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State News Roundup

 

* The National Institutes of Health has funded 10 clinical research centers with affiliates in 15 states and Puerto Rico to support research on addiction treatment for opioid use disorder in criminal justice settings. Each of the 10 centers, with two in New York and Illinois, and the rest based in Connecticut, Kentucky, Maryland, Massachusetts, Rhode Island, and Texas, will study interventions such as evidence-based medications and patient-centered treatments to prevent relapse and opioid overdose when prisoners are released into their communities. Read about the Justice Community Opioid Innovation Network at http://www.nih.gov/news-events/news-releases/nih-establishes-network-improve-opi.

 

* A group of Kentucky coal miners with black lung disease traveled to Washington, DC, in July to convince lawmakers to restore a higher excise tax on coal companies to help finance the federal Black Lung Disability Trust Fund. That tax expired in January and the fund is in debt for about $4.3 billion. Without an extension of the excise tax, the financial burden would likely have to be met by U.S. taxpayers instead of coal companies, according to the U.S. Government Accountability Office.

 

* Counseling requirements for abortion "reversal" have been enacted by Arkansas, Idaho, Kentucky, Nebraska, North Dakota, Oklahoma, South Dakota, and Utah, according to the American Medical Association (AMA). Health care providers in these states must inform patients about the potential to reverse a medication abortion as part of preabortion counseling, and state-provided counseling materials must include this information. Medication abortion uses mifepristone (Mifeprex, Korlym) with misoprostol (Cytotec), rather than surgery, to induce labor. The "reversal" of a medication abortion with varying doses of progesterone is not supported by science and is unethical, according to the American College of Obstetricians and Gynecologists. The AMA has filed suit against North Dakota, saying the law forces physicians to speak government-mandated messages that provide patients with misleading or false information. Both the AMA and the American Civil Liberties Union say the laws are unconstitutional.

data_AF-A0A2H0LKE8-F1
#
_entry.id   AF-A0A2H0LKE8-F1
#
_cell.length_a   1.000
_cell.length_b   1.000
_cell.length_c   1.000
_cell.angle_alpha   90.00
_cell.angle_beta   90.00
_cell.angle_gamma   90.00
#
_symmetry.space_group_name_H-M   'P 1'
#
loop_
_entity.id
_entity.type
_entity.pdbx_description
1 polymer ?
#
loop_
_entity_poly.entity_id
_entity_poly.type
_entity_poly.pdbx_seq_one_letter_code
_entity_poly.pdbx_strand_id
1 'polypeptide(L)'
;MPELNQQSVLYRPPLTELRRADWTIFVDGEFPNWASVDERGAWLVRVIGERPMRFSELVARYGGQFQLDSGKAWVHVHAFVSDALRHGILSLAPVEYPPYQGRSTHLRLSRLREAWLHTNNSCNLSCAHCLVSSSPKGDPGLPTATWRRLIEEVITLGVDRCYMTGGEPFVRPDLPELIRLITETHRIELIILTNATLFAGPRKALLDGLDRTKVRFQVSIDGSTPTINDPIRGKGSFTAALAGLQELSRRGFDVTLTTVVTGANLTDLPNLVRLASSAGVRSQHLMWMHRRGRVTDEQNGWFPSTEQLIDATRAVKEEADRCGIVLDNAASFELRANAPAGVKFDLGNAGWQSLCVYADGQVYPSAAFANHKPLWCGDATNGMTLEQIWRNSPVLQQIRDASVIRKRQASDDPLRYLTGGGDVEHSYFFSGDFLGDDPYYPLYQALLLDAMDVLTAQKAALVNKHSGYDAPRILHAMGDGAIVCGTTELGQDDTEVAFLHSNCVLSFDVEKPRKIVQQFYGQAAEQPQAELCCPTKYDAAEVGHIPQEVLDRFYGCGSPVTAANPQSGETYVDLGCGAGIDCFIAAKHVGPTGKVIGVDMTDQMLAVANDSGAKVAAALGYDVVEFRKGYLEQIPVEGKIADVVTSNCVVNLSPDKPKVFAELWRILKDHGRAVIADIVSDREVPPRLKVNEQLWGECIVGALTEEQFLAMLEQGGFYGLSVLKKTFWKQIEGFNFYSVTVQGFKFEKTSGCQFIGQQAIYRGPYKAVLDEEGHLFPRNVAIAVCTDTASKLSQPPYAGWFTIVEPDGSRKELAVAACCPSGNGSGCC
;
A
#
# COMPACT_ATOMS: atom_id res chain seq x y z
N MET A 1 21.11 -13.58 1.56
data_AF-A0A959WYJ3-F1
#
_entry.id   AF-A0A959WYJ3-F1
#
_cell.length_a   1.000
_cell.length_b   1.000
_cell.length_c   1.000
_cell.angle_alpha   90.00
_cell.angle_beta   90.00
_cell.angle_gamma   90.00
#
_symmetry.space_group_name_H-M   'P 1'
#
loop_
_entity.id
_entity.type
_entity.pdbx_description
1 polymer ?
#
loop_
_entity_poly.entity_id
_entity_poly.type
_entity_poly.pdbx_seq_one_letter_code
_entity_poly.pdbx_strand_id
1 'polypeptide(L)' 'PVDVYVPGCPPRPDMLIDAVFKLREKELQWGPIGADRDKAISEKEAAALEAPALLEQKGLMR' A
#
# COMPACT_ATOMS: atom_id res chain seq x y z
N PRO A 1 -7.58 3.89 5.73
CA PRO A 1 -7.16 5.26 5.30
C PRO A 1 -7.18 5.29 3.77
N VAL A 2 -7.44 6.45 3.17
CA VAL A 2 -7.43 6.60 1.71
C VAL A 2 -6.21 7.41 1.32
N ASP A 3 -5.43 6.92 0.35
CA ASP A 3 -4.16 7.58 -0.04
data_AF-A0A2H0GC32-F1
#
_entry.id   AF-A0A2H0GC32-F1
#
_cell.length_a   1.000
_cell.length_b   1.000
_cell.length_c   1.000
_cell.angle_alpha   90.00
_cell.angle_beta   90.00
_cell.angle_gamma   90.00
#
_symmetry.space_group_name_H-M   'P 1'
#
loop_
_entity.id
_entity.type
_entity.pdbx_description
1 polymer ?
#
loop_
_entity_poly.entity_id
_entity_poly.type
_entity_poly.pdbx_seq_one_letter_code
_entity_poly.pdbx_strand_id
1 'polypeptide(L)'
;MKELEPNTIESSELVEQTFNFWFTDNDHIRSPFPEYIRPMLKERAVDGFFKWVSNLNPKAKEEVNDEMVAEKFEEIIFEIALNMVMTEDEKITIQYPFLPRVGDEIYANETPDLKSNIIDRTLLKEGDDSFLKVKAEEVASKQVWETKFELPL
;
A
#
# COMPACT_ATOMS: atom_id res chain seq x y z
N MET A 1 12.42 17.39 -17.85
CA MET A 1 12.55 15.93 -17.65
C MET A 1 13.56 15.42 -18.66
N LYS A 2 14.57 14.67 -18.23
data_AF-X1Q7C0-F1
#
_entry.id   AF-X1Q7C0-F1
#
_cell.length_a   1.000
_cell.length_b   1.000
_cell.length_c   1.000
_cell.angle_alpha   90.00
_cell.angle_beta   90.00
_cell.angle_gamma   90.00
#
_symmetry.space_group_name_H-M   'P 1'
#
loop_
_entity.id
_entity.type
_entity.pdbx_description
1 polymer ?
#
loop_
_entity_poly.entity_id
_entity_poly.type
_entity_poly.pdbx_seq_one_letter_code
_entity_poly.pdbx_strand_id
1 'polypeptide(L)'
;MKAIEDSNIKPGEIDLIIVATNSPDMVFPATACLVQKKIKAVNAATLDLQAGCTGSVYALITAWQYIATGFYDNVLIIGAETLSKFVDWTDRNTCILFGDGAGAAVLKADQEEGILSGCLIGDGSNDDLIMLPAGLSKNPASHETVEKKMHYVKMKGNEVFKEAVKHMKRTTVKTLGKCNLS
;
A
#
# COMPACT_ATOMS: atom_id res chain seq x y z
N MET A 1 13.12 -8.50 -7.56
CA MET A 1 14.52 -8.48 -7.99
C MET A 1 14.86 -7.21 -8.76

* Louisiana announced in August that it will allow pharmacies to dispense medical marijuana to patients. Louisiana joins 33 other states and the District of Columbia that already have medical marijuana laws. The state will only allow products from licensed production facilities. Marijuana of any type remains illegal under federal law.

 

* In June, the state legislature in New York passed the first sepsis-related education and support measure for home care. The initiative is intended to help home care nurses identify and prevent sepsis in the at-risk home population. A screening tool and algorithm are available at the Home Care Association of New York State's "stop sepsis" website: https://stopsepsisathomeny.org.